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13 March 2017

London launches first low emission bus zone

The Mayor of London, Sadiq Khan, has launched the first of twelve low-emission bus zones (LEBZ) in a bid to curb air pollution.

As of Friday 10 March, only the greenest buses will be allowed to travel through the first LEBZ, which runs through Putney High Street, one of the capital's highest polluted areas.

According to City Hall, Putney exceeded hourly legal levels of nitrogen dioxide (NO2) on 1,248 occasions in 2016.

European Union regulations state that the limit should not be exceeded more than eighteen times in a year.

The move means that the 145 buses on seven designated routes that run through the Putney LEBZ have to meet stricter emission standards.

A further 11 zones are due to be introduced by 2020, with Brixton and Streatham LEBZs scheduled to come into effect from this October 2017.

Sadiq Khan said: "London's toxic air is an outrage and I promised to make cleaning it up one of my top priorities. Today, I'm delivering on that pledge by introducing our first ever Low Emission Bus Zone. I have asked TfL [Transport for London] to remove the oldest, dirtiest buses from our streets and this new route, along with the 11 others we'll be introducing, will make a big difference to the pollution caused by our public transport system."

The use of low-emission buses are expected to reduce emissions by 84 per cent in the capital’s pollution hot spots by 2020.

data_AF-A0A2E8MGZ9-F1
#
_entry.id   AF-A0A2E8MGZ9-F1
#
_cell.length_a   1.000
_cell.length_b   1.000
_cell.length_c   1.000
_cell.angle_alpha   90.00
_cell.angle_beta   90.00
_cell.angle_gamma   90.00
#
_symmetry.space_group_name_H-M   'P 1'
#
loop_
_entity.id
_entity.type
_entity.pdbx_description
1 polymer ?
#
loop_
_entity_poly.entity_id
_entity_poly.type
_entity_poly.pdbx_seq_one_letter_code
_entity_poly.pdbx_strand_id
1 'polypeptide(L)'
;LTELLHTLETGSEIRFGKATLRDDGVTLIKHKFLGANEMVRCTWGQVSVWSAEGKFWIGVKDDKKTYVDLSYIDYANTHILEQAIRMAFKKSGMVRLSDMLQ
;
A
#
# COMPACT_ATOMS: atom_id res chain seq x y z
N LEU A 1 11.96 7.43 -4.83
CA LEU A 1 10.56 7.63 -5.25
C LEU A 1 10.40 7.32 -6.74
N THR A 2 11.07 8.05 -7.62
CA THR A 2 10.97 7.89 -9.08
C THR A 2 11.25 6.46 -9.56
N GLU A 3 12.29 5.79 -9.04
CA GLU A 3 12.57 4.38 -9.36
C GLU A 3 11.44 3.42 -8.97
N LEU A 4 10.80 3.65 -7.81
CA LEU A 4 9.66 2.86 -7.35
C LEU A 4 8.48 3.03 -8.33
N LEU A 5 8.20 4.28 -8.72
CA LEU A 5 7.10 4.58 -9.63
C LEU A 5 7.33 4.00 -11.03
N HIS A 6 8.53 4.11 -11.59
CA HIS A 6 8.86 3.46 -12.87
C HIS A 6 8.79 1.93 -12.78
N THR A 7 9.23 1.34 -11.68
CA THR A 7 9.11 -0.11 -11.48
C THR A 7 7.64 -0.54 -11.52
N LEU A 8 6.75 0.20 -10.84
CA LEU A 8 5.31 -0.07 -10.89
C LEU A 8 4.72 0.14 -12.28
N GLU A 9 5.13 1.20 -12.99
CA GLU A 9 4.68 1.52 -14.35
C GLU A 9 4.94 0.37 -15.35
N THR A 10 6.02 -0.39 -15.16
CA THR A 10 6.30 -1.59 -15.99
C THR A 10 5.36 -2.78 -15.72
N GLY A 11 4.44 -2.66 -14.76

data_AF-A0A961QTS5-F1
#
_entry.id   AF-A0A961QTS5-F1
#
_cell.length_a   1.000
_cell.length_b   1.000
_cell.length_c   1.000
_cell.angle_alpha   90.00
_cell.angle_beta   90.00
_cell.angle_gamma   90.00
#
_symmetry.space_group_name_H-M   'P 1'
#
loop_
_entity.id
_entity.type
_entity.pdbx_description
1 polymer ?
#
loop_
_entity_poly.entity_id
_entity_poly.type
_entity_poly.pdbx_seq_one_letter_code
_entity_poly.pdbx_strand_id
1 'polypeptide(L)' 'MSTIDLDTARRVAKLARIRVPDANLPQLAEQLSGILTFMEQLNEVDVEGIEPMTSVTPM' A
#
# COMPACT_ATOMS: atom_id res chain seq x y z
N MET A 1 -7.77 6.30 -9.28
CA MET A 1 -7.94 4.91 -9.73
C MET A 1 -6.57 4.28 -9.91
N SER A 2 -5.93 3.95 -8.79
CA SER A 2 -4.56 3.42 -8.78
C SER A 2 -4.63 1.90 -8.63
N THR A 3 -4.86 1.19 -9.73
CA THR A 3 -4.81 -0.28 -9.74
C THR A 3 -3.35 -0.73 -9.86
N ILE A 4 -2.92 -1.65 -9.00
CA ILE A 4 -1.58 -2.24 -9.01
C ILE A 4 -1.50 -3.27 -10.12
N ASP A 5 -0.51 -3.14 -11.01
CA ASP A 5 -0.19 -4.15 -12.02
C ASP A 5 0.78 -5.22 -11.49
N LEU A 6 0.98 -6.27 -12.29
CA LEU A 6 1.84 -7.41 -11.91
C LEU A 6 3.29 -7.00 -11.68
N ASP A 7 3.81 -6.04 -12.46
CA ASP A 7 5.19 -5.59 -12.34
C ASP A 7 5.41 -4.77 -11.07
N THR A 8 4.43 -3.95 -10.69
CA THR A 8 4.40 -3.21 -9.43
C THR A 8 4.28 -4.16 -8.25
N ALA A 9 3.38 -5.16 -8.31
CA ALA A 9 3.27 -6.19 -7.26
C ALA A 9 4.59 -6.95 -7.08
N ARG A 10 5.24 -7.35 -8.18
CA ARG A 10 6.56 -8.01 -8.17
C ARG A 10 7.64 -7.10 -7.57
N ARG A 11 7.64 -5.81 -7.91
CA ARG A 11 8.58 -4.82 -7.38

The changes to the bus fleet will be also accompanied by new bus priority measures to reduce the time buses are stuck in traffic.

The Mayor's Office said the initiative was part its wide efforts to reduce air pollution and carbon emissions from London’s bus fleet through investment in new fuel cell, electric, hybrid buses.

Earlier this year, Khan announced the introduction of a ‘Toxicity Charge' (T-Charge) for the capital's most polluting vehicles, coming into effect this October.

The T-Charge will apply to cars which do not meet Euro IV emission standards, and will operate during the same times as the existing congestion charge – weekdays between 7am and 6pm.

In addition, Khan has committed to phase out all diesel-only buses and purchase only hybrid or zero-emission double-decker buses from 2018.

He has appealed to other cities around the world to work together to expand the market for ultra-low emission buses.

He said: "I now need other cities around the world to work with me to demand cleaner bus technology so we can phase out diesel buses altogether.”

Khan has also reiterated his calls for the government to deliver a nationwide diesel scrappage scheme and introduce a new Clean Air Act to provide a clear and overarching framework for action.  

Khan said: "I'm doing everything in my power to both transform London's bus fleet and target areas with the worst pollution so that the streets we live and work in are better places to be. However, I can't do this alone. That's why I am repeating my call to the government to take their responsibility seriously and introduce a national diesel scrappage fund to help get the most polluting vehicles off our roads and to give me the powers to tackle other sources of air pollution."

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